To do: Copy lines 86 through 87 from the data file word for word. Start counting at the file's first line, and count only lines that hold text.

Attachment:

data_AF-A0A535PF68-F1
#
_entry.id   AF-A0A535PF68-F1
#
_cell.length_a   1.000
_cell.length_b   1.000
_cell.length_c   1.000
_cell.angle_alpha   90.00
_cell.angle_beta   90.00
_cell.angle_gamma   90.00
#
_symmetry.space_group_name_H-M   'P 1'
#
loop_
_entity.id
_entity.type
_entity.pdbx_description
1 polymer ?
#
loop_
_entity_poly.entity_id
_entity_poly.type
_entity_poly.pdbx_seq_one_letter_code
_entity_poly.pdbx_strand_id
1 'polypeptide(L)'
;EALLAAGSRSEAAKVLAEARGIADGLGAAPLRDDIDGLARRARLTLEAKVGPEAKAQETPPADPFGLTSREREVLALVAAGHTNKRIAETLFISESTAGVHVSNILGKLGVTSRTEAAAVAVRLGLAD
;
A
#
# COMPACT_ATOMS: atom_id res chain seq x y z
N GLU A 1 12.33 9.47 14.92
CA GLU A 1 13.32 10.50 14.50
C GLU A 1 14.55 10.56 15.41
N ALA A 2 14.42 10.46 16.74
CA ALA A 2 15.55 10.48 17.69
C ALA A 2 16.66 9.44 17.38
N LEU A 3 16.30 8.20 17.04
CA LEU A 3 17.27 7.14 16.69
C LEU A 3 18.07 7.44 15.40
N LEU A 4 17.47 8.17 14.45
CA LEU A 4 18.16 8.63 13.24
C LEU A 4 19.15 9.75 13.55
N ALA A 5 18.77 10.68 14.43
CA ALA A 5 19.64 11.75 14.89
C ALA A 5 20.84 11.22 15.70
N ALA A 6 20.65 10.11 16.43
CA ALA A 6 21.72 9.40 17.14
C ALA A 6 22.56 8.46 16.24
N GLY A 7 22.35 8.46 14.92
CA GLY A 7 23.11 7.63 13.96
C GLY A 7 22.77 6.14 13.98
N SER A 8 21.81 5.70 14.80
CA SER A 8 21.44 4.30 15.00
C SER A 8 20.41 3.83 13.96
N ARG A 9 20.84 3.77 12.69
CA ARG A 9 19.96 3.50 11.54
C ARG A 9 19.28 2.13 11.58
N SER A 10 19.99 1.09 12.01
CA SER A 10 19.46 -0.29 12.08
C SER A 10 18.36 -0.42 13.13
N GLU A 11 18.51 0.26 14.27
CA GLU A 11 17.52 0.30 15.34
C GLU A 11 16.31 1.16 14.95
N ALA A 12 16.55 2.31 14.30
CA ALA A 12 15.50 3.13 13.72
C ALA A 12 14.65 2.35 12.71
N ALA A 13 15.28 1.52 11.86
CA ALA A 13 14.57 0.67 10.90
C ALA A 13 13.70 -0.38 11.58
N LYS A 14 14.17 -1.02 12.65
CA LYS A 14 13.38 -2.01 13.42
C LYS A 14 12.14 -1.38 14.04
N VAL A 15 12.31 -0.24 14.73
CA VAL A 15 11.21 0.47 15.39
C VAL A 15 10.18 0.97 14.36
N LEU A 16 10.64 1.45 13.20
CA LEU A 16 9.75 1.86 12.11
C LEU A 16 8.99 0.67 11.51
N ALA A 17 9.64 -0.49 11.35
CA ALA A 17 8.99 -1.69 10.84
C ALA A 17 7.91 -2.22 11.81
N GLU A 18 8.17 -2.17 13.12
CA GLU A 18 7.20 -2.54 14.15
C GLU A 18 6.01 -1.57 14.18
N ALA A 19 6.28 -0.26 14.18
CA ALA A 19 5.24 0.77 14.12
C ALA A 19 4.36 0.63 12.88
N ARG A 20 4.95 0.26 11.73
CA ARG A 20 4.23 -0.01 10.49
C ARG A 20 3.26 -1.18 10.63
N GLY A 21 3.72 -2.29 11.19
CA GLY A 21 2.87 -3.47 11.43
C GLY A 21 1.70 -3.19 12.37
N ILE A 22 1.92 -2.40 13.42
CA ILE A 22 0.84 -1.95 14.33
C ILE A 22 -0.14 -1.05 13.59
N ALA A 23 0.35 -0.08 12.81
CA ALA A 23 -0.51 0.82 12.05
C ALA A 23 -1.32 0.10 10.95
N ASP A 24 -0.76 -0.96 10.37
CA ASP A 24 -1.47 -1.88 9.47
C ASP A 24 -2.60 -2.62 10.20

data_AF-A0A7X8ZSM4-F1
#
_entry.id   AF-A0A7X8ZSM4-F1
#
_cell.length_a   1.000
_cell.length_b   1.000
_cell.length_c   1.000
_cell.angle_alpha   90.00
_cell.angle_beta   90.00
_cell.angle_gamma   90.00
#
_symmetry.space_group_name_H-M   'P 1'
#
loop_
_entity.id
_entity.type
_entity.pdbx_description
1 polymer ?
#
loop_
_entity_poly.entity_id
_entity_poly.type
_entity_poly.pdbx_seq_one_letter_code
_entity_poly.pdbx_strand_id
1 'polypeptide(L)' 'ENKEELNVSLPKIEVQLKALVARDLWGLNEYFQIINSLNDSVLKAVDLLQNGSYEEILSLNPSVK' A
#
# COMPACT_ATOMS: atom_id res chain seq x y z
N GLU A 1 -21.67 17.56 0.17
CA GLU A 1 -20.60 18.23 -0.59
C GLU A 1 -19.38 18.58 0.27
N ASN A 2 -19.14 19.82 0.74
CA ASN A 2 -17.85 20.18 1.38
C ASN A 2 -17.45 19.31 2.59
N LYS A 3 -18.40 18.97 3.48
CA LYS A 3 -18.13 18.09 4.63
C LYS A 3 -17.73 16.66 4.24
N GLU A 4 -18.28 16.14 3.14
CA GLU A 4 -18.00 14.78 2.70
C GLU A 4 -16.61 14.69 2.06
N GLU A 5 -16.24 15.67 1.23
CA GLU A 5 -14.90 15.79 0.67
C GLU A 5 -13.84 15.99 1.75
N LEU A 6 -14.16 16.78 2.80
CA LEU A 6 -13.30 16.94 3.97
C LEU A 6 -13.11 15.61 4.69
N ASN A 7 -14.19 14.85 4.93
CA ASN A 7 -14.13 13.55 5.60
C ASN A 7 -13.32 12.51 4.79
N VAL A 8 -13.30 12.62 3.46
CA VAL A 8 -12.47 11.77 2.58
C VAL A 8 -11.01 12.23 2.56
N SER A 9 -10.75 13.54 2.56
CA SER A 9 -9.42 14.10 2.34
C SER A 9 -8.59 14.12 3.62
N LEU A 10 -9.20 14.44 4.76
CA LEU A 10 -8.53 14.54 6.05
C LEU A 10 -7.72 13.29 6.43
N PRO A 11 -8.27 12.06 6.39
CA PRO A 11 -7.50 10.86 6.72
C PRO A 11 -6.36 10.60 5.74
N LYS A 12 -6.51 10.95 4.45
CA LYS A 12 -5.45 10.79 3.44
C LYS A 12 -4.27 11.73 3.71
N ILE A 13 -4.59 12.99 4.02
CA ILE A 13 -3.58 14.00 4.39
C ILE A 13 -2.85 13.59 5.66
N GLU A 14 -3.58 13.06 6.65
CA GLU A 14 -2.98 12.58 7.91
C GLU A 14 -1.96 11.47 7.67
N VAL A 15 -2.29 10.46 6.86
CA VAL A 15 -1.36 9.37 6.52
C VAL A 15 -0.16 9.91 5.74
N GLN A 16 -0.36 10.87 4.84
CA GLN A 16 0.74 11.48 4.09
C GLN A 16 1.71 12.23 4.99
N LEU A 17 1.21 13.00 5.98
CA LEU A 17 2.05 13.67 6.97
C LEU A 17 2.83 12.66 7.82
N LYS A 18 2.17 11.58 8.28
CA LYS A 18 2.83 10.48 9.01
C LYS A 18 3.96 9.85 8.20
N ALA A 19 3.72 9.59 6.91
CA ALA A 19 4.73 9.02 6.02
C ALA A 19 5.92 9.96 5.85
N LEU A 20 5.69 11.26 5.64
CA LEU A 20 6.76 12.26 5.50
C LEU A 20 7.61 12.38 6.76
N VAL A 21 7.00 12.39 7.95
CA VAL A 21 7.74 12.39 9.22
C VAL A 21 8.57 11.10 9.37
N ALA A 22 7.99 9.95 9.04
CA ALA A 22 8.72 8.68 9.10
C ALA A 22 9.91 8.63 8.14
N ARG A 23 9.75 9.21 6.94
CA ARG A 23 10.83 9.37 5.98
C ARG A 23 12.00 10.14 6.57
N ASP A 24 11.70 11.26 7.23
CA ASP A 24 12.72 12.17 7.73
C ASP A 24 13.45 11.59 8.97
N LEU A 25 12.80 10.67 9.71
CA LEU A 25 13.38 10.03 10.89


CA ALA A 19 5.24 0.77 14.12
C ALA A 19 4.36 0.63 12.88